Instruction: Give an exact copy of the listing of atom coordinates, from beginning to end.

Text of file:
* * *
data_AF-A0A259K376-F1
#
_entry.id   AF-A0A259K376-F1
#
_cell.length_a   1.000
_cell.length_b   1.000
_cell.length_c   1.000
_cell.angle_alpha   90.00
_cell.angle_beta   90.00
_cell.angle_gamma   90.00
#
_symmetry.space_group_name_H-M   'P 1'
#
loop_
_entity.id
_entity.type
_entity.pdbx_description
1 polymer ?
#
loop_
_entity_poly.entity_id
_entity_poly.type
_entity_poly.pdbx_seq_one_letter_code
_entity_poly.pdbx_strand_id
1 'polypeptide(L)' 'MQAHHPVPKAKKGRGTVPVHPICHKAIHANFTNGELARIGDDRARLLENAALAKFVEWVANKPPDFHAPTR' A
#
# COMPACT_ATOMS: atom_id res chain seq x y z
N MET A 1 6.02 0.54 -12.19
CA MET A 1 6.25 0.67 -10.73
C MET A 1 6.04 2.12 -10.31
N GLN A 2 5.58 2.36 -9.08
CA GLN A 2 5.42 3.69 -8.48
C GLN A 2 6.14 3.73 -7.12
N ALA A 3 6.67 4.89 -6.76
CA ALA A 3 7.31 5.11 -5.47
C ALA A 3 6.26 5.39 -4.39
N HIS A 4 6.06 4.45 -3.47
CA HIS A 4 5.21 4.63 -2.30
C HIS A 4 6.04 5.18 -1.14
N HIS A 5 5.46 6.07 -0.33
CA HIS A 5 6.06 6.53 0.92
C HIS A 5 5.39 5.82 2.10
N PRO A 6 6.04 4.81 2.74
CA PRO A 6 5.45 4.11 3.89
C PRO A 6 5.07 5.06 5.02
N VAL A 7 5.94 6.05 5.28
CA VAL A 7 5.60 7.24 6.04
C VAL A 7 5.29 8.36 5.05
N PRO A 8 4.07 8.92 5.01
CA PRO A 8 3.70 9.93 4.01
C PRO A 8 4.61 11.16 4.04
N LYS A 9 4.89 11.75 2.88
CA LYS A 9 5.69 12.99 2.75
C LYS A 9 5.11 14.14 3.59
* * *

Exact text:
data_AF-A0A259K376-F1
#
_entry.id   AF-A0A259K376-F1
#
_cell.length_a   1.000
_cell.length_b   1.000
_cell.length_c   1.000
_cell.angle_alpha   90.00
_cell.angle_beta   90.00
_cell.angle_gamma   90.00
#
_symmetry.space_group_name_H-M   'P 1'
#
loop_
_entity.id
_entity.type
_entity.pdbx_description
1 polymer ?
#
loop_
_entity_poly.entity_id
_entity_poly.type
_entity_poly.pdbx_seq_one_letter_code
_entity_poly.pdbx_strand_id
1 'polypeptide(L)' 'MQAHHPVPKAKKGRGTVPVHPICHKAIHANFTNGELARIGDDRARLLENAALAKFVEWVANKPPDFHAPTR' A
#
# COMPACT_ATOMS: atom_id res chain seq x y z
N MET A 1 6.02 0.54 -12.19
CA MET A 1 6.25 0.67 -10.73
C MET A 1 6.04 2.12 -10.31
N GLN A 2 5.58 2.36 -9.08
CA GLN A 2 5.42 3.69 -8.48
C GLN A 2 6.14 3.73 -7.12
N ALA A 3 6.67 4.89 -6.76
CA ALA A 3 7.31 5.11 -5.47
C ALA A 3 6.26 5.39 -4.39
N HIS A 4 6.06 4.45 -3.47
CA HIS A 4 5.21 4.63 -2.30
C HIS A 4 6.04 5.18 -1.14
N HIS A 5 5.46 6.07 -0.33
CA HIS A 5 6.06 6.53 0.92
C HIS A 5 5.39 5.82 2.10
N PRO A 6 6.04 4.81 2.74
CA PRO A 6 5.45 4.11 3.89
C PRO A 6 5.07 5.06 5.02
N VAL A 7 5.94 6.05 5.28
CA VAL A 7 5.60 7.24 6.04
C VAL A 7 5.29 8.36 5.05
N PRO A 8 4.07 8.92 5.01
CA PRO A 8 3.70 9.93 4.01
C PRO A 8 4.61 11.16 4.04
N LYS A 9 4.89 11.75 2.88
CA LYS A 9 5.69 12.99 2.75
C LYS A 9 5.11 14.14 3.59